• …. and the long-running spat over Oxbridge admissions continued this week with the claim that Love Island (apparently some kind of TV show – Blimp Ed) is harder to get into than Oxbridge – though this is based on the number of applications rather than the qualities needed hem hem.
On to Columbo Corner, and easily the Ed’s favourite story of the fortnight. Ms Claire Mountjoy is lucky enough to live in the picturesque village of Colyton, in Devon, and is very eco-aware, so she hangs her washing out to dry rather than use a tumble dryer. She was dismayed to receive an anonymous e-mail “on behalf of local businesses” asking her to hide her smalls from view so as to “keep a town we can all be proud of”. After Ms M posted this on Facebook, her splendid neighbours have started hanging out their own washing in protest. There is talk of making it an annual event ….
Have a great weekend – why not start by relaxing with a drink while you ask the Huggiebot to hang the washing out?….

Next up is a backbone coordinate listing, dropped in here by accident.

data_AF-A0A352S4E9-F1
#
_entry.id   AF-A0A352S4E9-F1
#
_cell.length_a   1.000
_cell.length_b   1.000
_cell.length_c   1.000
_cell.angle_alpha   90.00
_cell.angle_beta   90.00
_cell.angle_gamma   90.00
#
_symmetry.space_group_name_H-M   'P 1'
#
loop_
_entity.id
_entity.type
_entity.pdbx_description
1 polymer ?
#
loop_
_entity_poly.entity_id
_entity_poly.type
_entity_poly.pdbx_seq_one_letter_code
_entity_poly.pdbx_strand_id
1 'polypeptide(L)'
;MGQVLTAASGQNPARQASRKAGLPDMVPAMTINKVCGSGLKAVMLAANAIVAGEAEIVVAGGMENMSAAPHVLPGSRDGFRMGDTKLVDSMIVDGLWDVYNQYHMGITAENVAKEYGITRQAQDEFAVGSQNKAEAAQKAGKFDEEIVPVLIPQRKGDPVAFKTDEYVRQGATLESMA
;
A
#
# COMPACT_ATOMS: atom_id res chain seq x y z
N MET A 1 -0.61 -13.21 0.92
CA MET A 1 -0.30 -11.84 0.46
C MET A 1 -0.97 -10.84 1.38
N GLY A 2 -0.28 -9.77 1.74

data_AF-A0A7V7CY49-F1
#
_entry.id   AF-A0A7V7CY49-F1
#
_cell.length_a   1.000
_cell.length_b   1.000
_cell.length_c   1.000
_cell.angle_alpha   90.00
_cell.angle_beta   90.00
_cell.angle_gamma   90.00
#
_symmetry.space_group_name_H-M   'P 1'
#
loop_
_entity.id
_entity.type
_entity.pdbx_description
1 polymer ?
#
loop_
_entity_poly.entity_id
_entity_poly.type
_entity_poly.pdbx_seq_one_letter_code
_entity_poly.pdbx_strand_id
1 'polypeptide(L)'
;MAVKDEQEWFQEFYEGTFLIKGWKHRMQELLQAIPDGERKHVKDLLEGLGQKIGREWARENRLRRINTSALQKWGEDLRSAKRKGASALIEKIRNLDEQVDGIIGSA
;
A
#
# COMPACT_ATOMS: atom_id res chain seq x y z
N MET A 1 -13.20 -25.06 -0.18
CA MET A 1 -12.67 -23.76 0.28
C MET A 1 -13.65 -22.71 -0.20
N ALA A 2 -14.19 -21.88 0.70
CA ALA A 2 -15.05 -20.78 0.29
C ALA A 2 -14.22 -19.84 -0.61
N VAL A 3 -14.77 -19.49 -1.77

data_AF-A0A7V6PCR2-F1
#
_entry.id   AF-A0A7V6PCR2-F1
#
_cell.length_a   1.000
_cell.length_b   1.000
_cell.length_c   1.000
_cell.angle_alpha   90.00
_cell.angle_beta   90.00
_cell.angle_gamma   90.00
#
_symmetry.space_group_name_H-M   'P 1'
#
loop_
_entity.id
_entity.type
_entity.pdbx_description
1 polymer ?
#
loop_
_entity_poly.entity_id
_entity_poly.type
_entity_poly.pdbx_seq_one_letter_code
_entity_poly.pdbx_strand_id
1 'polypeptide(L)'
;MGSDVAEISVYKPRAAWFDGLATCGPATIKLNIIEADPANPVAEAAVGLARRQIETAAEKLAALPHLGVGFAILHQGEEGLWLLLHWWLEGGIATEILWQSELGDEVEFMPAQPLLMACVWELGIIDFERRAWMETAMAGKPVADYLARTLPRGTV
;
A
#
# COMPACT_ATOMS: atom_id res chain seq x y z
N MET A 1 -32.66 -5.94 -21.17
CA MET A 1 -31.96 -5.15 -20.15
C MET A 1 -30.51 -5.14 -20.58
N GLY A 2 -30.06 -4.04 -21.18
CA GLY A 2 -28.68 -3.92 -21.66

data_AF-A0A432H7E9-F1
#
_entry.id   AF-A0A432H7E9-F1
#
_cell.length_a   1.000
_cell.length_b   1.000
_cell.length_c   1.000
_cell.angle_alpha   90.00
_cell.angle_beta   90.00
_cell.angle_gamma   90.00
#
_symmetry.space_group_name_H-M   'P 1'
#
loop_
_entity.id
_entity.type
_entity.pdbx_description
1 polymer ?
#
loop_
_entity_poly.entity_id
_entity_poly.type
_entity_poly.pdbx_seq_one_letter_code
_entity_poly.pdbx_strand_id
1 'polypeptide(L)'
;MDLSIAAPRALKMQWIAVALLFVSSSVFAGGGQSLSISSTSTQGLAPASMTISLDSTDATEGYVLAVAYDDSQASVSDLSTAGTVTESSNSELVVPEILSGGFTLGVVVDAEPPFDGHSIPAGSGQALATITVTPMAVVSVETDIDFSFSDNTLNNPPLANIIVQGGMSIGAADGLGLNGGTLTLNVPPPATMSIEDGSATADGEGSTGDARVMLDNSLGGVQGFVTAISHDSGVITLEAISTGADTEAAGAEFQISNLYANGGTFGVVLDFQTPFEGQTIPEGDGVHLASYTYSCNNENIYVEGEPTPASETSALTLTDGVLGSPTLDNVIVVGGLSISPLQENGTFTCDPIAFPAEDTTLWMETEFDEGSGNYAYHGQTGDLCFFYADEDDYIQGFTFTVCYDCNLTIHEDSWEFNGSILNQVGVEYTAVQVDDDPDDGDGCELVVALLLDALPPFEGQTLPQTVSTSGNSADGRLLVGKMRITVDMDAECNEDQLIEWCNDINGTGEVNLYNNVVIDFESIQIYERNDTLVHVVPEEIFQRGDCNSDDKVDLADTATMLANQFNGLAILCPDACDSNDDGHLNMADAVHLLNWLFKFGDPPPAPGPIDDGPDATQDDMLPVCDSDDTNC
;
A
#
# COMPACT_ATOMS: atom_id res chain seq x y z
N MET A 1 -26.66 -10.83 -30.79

Cheers for now
I presently run three Boards –
Dark Blue (for people who run large businesses) – one spare seat
Light Blue (for people who run large businesses) — two spare seats
White Board (for people who run fast-growing businesses) — two spare seats
“Life loves to be taken by the lapel, and told ‘I’m with you, kid – let’s go!’” (Maya Angelou) (thanks, Paul!)
“The Duke of Devonshire …. dreamed that he was addressing the House of Lords, and woke up and found that he was” (Lord Clarke of Stone cum Ebony, in the Bracton Lecture)
“I am unable to understand how a man of honour could take a newspaper in his hands without a shudder of disgust” (Baudelaire)
By Tom Morton, TAB Harrogate